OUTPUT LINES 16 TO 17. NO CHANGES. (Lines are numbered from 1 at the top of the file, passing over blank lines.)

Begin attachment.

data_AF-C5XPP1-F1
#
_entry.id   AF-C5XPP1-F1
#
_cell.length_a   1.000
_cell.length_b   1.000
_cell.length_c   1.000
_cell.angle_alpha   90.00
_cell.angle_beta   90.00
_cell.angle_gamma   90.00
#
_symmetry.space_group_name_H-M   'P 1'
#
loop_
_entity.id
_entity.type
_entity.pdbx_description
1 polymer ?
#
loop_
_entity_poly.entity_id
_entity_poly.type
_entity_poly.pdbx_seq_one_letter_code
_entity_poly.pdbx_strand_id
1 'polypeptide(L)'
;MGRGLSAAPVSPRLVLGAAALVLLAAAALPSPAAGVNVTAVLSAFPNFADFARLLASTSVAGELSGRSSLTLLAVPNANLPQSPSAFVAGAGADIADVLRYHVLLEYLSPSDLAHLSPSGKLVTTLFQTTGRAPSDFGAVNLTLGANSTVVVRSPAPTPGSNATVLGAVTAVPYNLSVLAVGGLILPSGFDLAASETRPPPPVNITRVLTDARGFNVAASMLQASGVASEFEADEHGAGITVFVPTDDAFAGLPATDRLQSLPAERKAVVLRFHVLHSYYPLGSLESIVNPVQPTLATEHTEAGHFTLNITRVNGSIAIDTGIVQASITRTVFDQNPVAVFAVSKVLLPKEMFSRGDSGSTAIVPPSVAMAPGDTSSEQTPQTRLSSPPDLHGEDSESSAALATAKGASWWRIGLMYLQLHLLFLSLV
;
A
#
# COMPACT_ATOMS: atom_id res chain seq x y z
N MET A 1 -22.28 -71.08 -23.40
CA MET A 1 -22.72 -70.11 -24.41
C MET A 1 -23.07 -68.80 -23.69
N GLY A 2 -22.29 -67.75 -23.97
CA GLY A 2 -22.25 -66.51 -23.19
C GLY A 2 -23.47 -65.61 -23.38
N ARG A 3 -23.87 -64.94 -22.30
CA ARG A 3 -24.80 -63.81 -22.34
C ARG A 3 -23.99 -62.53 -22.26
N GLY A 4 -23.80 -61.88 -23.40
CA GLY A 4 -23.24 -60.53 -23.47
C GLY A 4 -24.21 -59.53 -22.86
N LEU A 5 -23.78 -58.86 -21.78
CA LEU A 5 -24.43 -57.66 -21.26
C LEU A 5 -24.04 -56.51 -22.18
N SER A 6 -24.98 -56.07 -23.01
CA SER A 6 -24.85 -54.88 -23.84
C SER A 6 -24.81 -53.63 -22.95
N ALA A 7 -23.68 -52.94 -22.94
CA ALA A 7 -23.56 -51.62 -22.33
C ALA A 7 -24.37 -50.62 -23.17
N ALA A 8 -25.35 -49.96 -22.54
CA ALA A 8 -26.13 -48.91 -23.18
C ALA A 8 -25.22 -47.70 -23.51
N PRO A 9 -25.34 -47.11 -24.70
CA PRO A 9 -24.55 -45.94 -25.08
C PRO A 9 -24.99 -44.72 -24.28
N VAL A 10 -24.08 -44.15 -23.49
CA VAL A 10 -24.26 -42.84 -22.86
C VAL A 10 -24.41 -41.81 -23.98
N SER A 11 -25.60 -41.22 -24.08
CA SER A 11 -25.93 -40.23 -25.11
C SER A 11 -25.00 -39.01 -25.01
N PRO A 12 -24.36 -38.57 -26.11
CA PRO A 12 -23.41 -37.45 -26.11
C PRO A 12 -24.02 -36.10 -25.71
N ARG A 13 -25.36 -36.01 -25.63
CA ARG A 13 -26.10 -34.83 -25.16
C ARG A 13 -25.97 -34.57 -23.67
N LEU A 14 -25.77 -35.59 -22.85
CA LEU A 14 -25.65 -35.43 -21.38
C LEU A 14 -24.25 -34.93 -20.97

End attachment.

_entity.type
_entity.pdbx_description